These characters went on again when I changed system to CJ Carella's WitchCraft, and their tales have been adapted and became some of the inspiration behind some of Debs' fiction writing (especially her dark fantasy novel "Black Clothes, Blue Fire"). The change to Unisystem would lead to other opportunities but that's getting ahead of the game (so to speak). Next time, we'll rewind to cover Debs and my time in the Camarilla, and the important friendships that were formed there...

Wednesday, October 10, 2012

And you may say to yourself... "My God! What Have I Done?!"

It's October, nearly the end of a particularly crap year. This time last year, my lovely wife signed up for NaNoWriMo - National Novel Writing Month. (Why it's still National and not International I don't know... maybe InNoWriMo doesn't sound as good)

Foolishly, I decided I was going to try to keep up with her, matching her word count, and progressing with my little fiction project called "The Case of Lost Possibilities". You can read about my entry from last year here.

It went okay for me, it certainly motivated me and showed me that I could do 30,000+ words in a month, but real life got in the way (the wonders of working in retail at this time of year) and other writing projects came to light, so I had to drop out.

My lovely wife went on to smash through the 50,000 words in November target, but she hadn't finished the book, so she kept going... hitting over 80,000 words by the first week of December. The story is an excellent one, but "From the Library of Parker Prentice" remains mostly unseen as she's working on a second draft. Hopefully, it'll see the light of day soon, and everyone can enjoy the spooky tale.

So, this year, she's planning on doing NaNoWriMo again, and the initial ideas she's been chatting about sound fantastic. However, stupidly, I've decided to join in...  Officially this time...

I've signed up on the NaNoWriMo site, and I know what I'm going to write... I have no idea if I'll "win" as they call it by hitting the target, but I do know that the incentive to keep going, and to keep writing, especially when you find your enthusiasm failing, is going to produce a lot of words. Whether these words are going to be any good or usable in any way is another matter. Either way, it'll keep me distracted from the harshness of real life, especially at this time of year when everyone is trying to show their "family values" through ridiculous consumerism.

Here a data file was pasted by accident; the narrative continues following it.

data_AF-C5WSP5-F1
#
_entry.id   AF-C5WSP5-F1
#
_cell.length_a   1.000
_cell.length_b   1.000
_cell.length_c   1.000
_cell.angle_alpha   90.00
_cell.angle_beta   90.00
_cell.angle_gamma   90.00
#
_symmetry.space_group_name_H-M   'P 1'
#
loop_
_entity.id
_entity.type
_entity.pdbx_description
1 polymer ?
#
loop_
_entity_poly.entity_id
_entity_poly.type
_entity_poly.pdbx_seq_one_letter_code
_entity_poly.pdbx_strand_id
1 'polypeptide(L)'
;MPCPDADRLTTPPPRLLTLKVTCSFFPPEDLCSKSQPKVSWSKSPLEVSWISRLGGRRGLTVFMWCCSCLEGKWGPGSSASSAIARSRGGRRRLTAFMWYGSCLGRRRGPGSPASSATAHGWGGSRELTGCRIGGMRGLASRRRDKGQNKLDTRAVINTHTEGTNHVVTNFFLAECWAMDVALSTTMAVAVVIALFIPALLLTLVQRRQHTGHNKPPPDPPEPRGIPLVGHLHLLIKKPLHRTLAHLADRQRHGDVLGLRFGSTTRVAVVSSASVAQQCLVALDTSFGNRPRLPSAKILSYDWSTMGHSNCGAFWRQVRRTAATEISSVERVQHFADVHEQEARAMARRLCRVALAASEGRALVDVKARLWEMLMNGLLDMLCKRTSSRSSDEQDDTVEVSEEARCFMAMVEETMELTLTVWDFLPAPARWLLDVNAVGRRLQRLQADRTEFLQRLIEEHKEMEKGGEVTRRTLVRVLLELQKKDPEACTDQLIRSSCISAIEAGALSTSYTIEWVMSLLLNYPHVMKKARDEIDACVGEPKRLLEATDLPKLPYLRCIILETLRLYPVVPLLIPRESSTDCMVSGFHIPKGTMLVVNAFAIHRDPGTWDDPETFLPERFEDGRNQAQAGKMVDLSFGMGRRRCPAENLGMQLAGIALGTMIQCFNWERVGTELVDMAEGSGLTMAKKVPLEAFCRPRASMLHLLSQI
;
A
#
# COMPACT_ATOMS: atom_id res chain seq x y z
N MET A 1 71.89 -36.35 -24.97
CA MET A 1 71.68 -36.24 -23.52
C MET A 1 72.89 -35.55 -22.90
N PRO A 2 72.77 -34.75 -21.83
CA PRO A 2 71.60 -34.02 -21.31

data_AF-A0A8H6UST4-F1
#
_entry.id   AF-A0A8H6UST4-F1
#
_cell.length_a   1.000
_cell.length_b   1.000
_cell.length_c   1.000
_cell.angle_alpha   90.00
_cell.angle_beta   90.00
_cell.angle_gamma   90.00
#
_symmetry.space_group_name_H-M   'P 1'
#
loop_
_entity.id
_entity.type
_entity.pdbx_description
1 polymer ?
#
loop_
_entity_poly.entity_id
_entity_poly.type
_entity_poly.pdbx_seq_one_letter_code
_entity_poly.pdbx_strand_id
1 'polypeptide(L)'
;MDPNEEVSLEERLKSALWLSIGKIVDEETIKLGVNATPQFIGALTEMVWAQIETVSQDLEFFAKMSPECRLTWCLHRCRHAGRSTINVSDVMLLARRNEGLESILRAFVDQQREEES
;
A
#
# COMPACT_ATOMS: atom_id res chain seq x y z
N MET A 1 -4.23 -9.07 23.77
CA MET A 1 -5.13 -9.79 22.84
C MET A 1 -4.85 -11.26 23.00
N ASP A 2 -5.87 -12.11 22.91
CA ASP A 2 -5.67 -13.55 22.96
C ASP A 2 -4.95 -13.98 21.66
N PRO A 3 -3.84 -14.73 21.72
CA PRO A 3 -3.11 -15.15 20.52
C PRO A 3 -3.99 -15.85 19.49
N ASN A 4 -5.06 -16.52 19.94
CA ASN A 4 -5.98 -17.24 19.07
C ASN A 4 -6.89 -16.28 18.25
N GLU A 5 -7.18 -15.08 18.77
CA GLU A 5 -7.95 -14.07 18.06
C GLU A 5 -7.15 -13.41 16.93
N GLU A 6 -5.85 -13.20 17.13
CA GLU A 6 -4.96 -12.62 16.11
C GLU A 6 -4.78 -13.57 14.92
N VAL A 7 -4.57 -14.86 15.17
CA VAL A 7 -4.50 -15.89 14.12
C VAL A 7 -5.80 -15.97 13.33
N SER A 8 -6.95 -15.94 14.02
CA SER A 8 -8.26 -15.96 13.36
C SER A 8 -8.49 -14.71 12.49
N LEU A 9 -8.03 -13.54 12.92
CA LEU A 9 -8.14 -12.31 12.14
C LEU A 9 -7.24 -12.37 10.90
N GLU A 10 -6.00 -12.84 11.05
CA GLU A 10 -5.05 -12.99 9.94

WILD has a backstory - a reason for the technology that allows dreamshare to be created. The fiction that I'm planning on writing for NaNoWriMo is the story behind the game, told from the point of view of those who experience the dreamshare tech for the first time, and the dreamworlds that they encounter. It's under the working title of "Running WILD" (yeah, I know it's awful), but that's likely to change.

The bizarre surreality I learned while writing The Case of Lost Possibilities will help, and it doesn't hurt that I'm reading David Wong's sequel to John Dies at the End at the moment (This Book is Full of Spiders - Seriously Dude, Don't Touch It!), so hopefully it'll mean that the story of WILD will be suitably dreamlike. Even if I don't end up polishing it off for a "book", it'll be a parallel fiction that'll be spread about the core rulebook to fill in the backstory.

Okay, that's it for this week. I thought it only apt to have a break from the "Roll Your Own Life" autobiographical entries as I'd reached the point chronologically when I'd had a break from gaming. Don't worry, it didn't last long, and next time we'll get into the world of darkness...

Wednesday, October 3, 2012

Roll Your Own Life (11) - They Mostly Game at Night... Mostly...

If I continued writing about my history of "life" in gaming, I'd be reaching what I sometimes call the "long dark teatime of gaming" when I really didn't do anything at all. I didn't game, didn't write, I just became a self-absorbed misery and tried to do college stuff and desperately try to get a member of the opposite sex to see me as more than "just a friend".

I'm going to skip that game-less era, and head straight onto the "Second Renaissance" of my gaming, but that'll be next post.

Before I move on though, I want to mention a particularly influential movie and the amazing game that it spawned.


Back in the mid-late 80's, right through to the end of the decade, we had a regular tradition at our house which was "Friday Night Videos!" Basically, we hired a movie from what was our local video rental store (Dixons) and we took over the living room at my mum and dad's and we watched a movie. My folks were usually out until the mid-evening, and they hid in the bedroom until the movie finished, but every now and then we'd hire something that my folks were interested in and one or both of them would join us.